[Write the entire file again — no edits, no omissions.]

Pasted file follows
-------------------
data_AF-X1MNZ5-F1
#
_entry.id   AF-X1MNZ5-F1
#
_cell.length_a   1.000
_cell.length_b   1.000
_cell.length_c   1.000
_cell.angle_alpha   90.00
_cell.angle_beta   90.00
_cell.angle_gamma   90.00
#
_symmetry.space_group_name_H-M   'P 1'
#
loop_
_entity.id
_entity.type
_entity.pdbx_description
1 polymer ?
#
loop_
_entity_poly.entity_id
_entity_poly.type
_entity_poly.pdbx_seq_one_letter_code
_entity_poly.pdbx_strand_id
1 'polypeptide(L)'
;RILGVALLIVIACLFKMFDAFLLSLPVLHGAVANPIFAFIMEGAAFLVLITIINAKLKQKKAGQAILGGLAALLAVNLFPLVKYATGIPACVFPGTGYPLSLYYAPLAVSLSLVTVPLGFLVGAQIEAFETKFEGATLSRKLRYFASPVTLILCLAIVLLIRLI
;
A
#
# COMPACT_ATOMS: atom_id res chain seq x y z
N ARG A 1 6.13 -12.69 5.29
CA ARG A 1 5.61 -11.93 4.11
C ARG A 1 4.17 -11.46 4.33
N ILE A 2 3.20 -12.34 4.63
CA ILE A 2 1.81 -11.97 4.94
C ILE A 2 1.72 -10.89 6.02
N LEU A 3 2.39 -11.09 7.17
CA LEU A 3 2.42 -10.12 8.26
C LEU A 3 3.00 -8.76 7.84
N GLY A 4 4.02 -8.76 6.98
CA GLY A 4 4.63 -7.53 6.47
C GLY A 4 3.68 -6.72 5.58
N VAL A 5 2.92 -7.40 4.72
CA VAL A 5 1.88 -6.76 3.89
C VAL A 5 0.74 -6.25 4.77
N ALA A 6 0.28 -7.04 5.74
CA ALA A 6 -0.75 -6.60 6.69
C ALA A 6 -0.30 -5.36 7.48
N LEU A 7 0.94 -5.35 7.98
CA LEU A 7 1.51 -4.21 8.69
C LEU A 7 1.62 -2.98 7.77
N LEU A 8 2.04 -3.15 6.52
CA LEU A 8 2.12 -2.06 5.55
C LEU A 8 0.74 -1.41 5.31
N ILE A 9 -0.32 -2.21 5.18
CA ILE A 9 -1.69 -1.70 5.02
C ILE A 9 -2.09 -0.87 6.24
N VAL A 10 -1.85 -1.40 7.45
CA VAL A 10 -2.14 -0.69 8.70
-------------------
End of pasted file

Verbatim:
data_AF-X1MNZ5-F1
#
_entry.id   AF-X1MNZ5-F1
#
_cell.length_a   1.000
_cell.length_b   1.000
_cell.length_c   1.000
_cell.angle_alpha   90.00
_cell.angle_beta   90.00
_cell.angle_gamma   90.00
#
_symmetry.space_group_name_H-M   'P 1'
#
loop_
_entity.id
_entity.type
_entity.pdbx_description
1 polymer ?
#
loop_
_entity_poly.entity_id
_entity_poly.type
_entity_poly.pdbx_seq_one_letter_code
_entity_poly.pdbx_strand_id
1 'polypeptide(L)'
;RILGVALLIVIACLFKMFDAFLLSLPVLHGAVANPIFAFIMEGAAFLVLITIINAKLKQKKAGQAILGGLAALLAVNLFPLVKYATGIPACVFPGTGYPLSLYYAPLAVSLSLVTVPLGFLVGAQIEAFETKFEGATLSRKLRYFASPVTLILCLAIVLLIRLI
;
A
#
# COMPACT_ATOMS: atom_id res chain seq x y z
N ARG A 1 6.13 -12.69 5.29
CA ARG A 1 5.61 -11.93 4.11
C ARG A 1 4.17 -11.46 4.33
N ILE A 2 3.20 -12.34 4.63
CA ILE A 2 1.81 -11.97 4.94
C ILE A 2 1.72 -10.89 6.02
N LEU A 3 2.39 -11.09 7.17
CA LEU A 3 2.42 -10.12 8.26
C LEU A 3 3.00 -8.76 7.84
N GLY A 4 4.02 -8.76 6.98
CA GLY A 4 4.63 -7.53 6.47
C GLY A 4 3.68 -6.72 5.58
N VAL A 5 2.92 -7.40 4.72
CA VAL A 5 1.88 -6.76 3.89
C VAL A 5 0.74 -6.25 4.77
N ALA A 6 0.28 -7.04 5.74
CA ALA A 6 -0.75 -6.60 6.69
C ALA A 6 -0.30 -5.36 7.48
N LEU A 7 0.94 -5.35 7.98
CA LEU A 7 1.51 -4.21 8.69
C LEU A 7 1.62 -2.98 7.77
N LEU A 8 2.04 -3.15 6.52
CA LEU A 8 2.12 -2.06 5.55
C LEU A 8 0.74 -1.41 5.31
N ILE A 9 -0.32 -2.21 5.18
CA ILE A 9 -1.69 -1.70 5.02
C ILE A 9 -2.09 -0.87 6.24
N VAL A 10 -1.85 -1.40 7.45
CA VAL A 10 -2.14 -0.69 8.70